Aejl

7/18 I volunteered for 2 years while at university getting my BA. During my second year I stayed on campus for the holidays, flying home would be too expensive and I had a lot of work to do. So I volunteered some on my break - many people find the holidays the hardest time to cope with turbulent feelings of depression and such. I got a call from a girl that I knew, a girl who I had gotten to know through the theater dept. I've always been good with faces and voices, I have a good memory for that sort of thing. She on the other hand did not recognize my voice over the phone. Now from my training I knew I should switch operators but. . . She was in bad shape. She was on the edge and was talking a mile a minute. She had been battling depression for a few years, unbeknownst to me or any of her close friends in the dept. She had also failed a lot of classes that semester, the university was planning on dismissing her, and she had taken it really hard. She had stayed for the break and felt alone in our foreign college town, most of her close friends had gone home for break and she had been over medicating (pills + booze) to try and keep her "up" but it wasn't working.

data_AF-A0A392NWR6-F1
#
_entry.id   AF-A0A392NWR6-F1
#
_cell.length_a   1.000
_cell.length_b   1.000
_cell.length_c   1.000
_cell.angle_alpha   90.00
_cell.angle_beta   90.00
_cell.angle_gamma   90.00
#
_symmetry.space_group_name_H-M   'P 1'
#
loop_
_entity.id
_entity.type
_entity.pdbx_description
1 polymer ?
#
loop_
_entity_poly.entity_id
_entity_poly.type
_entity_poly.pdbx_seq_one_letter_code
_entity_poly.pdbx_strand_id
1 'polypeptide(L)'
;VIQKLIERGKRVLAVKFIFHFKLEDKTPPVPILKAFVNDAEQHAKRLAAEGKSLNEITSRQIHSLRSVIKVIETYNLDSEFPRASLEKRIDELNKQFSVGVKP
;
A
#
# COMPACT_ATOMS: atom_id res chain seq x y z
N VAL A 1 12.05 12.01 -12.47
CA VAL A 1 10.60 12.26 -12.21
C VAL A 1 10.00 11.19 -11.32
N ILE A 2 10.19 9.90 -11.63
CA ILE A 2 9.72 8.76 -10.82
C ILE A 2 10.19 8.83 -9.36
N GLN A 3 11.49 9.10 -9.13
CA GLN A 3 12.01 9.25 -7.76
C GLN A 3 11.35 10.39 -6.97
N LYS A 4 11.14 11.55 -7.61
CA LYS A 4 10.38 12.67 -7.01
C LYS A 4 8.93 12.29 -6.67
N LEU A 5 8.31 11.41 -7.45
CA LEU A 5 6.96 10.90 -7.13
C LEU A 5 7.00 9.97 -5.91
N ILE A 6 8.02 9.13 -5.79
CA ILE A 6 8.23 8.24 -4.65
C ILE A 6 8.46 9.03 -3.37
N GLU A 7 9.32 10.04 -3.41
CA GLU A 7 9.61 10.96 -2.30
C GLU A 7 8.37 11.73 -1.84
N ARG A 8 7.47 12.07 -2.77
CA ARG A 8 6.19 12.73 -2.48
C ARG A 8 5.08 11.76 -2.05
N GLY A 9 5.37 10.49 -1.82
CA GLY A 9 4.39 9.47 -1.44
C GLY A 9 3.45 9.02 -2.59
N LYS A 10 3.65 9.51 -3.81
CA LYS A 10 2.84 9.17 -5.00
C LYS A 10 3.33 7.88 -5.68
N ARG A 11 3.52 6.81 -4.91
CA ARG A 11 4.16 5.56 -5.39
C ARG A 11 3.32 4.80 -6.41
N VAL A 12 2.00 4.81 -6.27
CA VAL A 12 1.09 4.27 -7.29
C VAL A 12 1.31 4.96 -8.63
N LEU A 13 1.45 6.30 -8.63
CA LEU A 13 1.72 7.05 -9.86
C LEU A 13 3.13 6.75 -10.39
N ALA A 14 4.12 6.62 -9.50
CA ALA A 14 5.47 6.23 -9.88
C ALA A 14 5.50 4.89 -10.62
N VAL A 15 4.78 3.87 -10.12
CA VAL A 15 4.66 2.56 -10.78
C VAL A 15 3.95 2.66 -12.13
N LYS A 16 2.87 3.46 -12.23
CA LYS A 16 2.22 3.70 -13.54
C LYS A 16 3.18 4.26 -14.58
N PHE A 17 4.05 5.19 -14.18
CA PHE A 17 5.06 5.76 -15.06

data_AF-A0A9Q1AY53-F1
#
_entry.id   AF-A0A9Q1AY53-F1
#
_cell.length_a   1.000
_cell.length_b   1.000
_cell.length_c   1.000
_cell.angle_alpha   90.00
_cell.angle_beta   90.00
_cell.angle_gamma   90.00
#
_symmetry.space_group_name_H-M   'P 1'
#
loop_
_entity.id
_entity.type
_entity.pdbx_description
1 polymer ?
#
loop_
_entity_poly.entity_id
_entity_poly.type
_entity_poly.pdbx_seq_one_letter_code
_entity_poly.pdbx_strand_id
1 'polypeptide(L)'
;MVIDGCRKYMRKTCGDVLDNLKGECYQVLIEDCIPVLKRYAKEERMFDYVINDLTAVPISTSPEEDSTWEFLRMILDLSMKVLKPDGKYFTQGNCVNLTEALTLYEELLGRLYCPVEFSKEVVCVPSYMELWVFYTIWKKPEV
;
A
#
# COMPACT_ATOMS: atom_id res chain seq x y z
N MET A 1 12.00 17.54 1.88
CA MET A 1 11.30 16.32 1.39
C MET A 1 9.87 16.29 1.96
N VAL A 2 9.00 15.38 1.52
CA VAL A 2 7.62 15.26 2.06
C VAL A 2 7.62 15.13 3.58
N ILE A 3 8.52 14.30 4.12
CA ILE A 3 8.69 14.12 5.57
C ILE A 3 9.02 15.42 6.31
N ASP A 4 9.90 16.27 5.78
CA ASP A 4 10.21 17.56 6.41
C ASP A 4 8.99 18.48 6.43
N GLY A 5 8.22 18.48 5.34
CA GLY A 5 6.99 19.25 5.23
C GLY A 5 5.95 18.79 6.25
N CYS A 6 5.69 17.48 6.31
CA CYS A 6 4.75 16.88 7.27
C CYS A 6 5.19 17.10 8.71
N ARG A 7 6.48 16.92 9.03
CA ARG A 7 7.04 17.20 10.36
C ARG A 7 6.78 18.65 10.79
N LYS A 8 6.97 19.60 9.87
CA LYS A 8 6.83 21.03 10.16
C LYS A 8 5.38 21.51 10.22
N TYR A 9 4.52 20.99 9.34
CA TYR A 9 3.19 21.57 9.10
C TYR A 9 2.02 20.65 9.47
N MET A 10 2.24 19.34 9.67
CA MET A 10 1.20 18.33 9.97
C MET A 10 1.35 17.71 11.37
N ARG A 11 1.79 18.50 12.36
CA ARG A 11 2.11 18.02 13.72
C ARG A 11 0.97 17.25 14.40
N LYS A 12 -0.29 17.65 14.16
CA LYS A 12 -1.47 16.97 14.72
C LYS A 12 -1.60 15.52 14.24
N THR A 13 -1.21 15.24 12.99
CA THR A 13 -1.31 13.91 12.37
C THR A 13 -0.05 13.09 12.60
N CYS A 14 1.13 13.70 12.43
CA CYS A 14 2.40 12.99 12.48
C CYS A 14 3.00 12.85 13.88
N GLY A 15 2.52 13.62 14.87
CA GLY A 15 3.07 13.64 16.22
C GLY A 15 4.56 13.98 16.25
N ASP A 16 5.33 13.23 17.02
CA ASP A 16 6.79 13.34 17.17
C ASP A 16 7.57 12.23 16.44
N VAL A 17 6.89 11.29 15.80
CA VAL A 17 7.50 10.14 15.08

She talked a lot for a while, about how she wasn't worth trying to help, then she got quieter. Then it felt like I was talking for a really long time trying to console her, then no response. She hadn't hung up, she had just simply left mid conversation. I suddenly felt panic, a ton of panic. I tried to get her back on the line to no avail. I grappled with my options, try and call her cell on my phone to check on her but risk her making the connection once she hears my voice, the exact same voice she had just spent about an hour with on the suicide hotline. Or the option I went with. I knew where she lived, it was actually quite close to me, so I sent an ambulance to her apt.